With a synopsis like this and a title like Valley of The Cycle Sluts, you’d be forgiven for expecting nothing more than porn – but this is something much much stranger. There is soft porn aplenty – a good percentage of the film is given over to the striptease routines – but there’s equal time given to the back-stories of each of the men that Olsen put down or put away. These flashbacks aren’t standard porn-with-plot fare either – they’re violent, un-jokey, and there’s a weird amount of effort put into stunts, costumes, weapons, and pyrotechnics.

This strange devotion to the biker-gang backstory in what would otherwise seem to be a lightweight (if weirdly unsexy – we’ll get to that in a bit) biker-themed soft porn movie suddenly made a lot more sense when I did a little digging. You see, Valley (or to give it its full title, Valley of The Cycle Sluts: Enter The Danger Zone) is actually the fourth installment of a series of movies featuring Wade Olsen, which start with 1987′ The Danger Zone. These movies seem to have been passion projects for Jason Williams (he co-wrote and starred in all of them) and chronicle the adventures of Wade Olsen (a sort of poor-man’s Dirty Harry) in his fight against a gang of drug-dealing, kidnapping bikers led by a man called Reaper. I haven’t seen these (and information is thin on the ground) but on the basis of the flashbacks in Valley, they look like prime low-budget “video nasty” material, heavy on the ultra-violence and gratuitous boobs – and probably good fun.

Here, however, it’s the gratuitous boobs that are kind of the problem. The thing is, there are an awful lot of “Sisters Of Love” and after the third or fourth rendition, one amateurish striptease routine looks a lot like another and it all gets pretty dull. In addition, these striptease routines are all framed by scenes of the women saying how much they hate Olsen and look forward to killing him which rather wrecks the mood – unless that’s your (very, very specific) fetish. In fact, the main attraction of the striptease scenes rapidly becomes the spectacularly weird early-90s stripper-costumes the women have on under their biker gear – there’s a green bustier that appears to be made of skinned Muppets that deserves a special mention – you’ll know it when you see it.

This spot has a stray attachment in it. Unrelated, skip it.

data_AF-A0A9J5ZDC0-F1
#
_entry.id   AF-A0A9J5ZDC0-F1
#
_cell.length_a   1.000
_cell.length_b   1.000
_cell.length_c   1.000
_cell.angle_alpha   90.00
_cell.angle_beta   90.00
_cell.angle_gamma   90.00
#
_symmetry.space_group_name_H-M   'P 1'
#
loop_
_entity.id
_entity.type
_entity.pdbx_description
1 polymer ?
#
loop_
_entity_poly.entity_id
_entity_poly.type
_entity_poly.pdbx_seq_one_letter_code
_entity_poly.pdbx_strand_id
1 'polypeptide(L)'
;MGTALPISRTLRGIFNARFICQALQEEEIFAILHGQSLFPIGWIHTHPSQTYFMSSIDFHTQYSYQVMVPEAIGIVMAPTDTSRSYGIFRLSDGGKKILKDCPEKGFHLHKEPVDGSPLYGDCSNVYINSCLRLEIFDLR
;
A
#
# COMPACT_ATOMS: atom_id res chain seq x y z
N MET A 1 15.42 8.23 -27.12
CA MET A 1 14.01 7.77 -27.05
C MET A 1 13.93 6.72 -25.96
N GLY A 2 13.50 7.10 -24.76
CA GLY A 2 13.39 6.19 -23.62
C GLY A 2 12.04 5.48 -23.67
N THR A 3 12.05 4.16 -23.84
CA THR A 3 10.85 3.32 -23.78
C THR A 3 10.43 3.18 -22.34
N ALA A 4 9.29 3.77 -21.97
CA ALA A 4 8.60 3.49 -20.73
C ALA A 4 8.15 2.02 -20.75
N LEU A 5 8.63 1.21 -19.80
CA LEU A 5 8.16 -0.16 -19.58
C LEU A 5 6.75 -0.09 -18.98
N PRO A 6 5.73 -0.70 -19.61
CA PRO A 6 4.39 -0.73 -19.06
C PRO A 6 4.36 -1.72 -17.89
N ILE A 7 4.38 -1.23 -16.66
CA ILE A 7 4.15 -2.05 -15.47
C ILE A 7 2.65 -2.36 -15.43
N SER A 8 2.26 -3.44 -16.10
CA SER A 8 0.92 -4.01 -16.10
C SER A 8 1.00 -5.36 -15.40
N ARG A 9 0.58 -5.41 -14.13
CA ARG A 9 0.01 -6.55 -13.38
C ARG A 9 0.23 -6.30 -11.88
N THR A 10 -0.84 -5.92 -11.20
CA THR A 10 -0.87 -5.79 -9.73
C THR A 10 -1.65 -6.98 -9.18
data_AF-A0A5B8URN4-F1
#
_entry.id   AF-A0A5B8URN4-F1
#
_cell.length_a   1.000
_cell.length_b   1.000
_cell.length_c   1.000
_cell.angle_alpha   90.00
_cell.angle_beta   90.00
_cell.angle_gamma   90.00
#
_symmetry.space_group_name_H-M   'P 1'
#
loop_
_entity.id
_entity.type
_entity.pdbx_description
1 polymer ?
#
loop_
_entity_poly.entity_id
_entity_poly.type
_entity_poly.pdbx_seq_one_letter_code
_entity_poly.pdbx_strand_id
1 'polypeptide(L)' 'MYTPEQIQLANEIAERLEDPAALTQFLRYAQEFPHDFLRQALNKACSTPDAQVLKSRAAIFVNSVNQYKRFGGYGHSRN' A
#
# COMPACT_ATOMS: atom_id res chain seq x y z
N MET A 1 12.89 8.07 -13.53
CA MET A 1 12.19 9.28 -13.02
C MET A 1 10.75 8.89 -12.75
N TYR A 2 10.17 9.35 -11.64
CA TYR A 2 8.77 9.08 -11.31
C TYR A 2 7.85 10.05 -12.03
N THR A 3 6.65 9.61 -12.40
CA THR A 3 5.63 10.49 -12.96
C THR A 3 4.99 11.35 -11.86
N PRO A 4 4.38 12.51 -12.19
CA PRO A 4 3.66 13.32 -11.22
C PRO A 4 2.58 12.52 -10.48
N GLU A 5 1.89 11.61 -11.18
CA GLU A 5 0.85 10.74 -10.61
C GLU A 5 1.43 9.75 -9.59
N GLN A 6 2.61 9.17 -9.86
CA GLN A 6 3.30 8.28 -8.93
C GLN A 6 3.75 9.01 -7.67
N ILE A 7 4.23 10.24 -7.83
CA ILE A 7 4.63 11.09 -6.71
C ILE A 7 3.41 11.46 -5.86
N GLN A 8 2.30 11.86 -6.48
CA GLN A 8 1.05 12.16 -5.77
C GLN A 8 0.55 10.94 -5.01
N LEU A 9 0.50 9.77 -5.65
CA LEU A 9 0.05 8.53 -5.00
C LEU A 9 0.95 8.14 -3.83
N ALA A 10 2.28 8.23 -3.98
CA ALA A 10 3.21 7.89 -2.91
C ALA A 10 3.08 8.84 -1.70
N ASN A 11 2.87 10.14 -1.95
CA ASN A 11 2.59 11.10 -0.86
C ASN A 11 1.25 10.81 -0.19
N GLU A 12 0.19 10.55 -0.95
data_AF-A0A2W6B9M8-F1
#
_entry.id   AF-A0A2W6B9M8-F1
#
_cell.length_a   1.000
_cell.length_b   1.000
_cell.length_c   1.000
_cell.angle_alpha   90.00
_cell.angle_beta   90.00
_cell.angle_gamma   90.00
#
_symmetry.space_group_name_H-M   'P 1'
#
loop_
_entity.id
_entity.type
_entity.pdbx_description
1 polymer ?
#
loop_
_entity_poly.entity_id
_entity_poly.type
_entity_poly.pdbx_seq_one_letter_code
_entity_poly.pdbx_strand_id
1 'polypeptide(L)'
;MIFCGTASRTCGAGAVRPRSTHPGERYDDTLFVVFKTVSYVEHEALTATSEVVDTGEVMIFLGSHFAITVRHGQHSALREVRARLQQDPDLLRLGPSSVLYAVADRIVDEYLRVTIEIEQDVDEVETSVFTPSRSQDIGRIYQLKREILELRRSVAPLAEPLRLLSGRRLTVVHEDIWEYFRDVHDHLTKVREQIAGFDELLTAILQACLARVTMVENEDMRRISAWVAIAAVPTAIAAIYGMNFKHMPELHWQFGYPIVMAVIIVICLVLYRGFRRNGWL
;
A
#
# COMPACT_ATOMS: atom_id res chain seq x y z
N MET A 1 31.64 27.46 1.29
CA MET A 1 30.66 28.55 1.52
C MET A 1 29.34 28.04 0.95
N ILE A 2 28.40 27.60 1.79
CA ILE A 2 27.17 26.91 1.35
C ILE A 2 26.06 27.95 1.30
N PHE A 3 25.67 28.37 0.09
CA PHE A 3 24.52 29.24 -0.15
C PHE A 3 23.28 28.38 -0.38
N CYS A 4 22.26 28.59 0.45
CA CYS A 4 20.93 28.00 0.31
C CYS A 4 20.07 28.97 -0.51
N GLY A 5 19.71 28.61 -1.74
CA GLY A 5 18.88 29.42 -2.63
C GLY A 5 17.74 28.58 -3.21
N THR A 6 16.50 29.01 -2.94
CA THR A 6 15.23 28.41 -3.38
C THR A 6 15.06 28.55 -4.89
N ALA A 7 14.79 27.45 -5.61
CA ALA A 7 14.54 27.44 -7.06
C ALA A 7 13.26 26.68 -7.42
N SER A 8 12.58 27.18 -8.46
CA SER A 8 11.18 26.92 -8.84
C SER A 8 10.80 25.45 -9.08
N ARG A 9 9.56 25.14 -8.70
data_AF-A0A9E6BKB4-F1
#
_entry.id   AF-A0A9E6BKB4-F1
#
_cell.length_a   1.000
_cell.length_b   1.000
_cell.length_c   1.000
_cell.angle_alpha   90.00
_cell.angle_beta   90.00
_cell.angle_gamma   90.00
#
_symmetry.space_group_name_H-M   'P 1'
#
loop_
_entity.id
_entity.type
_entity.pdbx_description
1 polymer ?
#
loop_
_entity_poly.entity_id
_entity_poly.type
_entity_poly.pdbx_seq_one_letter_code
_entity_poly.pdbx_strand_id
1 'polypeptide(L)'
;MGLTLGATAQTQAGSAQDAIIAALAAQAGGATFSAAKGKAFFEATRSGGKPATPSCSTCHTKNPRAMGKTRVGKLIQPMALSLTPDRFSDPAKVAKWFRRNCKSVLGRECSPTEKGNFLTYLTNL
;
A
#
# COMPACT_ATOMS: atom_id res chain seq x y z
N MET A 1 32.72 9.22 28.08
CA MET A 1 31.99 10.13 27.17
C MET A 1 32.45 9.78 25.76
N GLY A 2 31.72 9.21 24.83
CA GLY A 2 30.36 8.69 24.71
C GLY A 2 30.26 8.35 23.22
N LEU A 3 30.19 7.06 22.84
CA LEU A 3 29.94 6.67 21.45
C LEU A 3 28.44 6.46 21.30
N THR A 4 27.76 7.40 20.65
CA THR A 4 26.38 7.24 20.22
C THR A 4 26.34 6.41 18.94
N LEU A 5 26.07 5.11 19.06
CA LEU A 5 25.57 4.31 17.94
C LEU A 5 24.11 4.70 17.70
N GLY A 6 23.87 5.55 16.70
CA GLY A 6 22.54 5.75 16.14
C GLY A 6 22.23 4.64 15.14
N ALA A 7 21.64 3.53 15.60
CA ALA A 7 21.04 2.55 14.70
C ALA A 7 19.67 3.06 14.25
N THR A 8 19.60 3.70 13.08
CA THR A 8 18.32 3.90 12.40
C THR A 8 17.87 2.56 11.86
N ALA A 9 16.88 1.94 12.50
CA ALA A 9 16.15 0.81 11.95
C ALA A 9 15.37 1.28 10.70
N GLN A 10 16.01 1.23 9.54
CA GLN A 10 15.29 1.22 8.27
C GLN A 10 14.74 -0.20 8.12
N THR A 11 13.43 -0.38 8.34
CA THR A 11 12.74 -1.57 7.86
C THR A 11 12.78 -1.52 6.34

Probably the strangest touch comes with the character of “Ol’ Zeke” (Barne Williams Subkoski – a veteran of previous Danger Zone movies) whose entire role is to hide out in the scrub and spy on the proceedings through binoculars, while commenting on the physical attributes of each of the girls. Zeke seems like he belongs in a completely different movie – possibly a light-hearted sex-comedy like the original Flesh Gordon. Between this, the gritty (if dodgy) flashbacks, and the off-putting stripteases, Valley Of The Cycle Sluts is totally unable to fix on a single tone and stick with it.

If you’re a fan of bad movies, you’ll enjoy this – the actors mostly seem like they’re improvising (badly), the plot makes not the tiniest bit of sense, and the whole thing seems to be cobbled together from disparate (and fundamentally incompatible) pieces. Or you could conceivably be a completist fan of the Danger Zone franchise, or morbidly curious about what happened to Jason Williams in later life. Otherwise, not recommended.

No extras.

The Thing on the Doorstep

Thing-Doorstep “It is true that I have sent six bullets through the head of my best friend, and yet I hope to shew by this statement that I am not his murderer.” So begins The Thing on The Doorstep, a short story by the legendary H.P. Lovecraft, now adapted as a film by Tom Gliserman.

The story is recounted by Daniel Upton (David Bunce) and concerns his friendship with one Edward Derby (Rob Dalton). Edward enters into a whirlwind romance, followed by a rapid marriage with Asenath Waite (Mary Jane Hansen), a young woman reputed to have strange hypnotic powers. Almost immediately, Edward’s personality seems to change, and Daniel and his wife Marion (Susan Cicarelli-Caputo) begin to suspect there is something seriously amiss in this new relationship.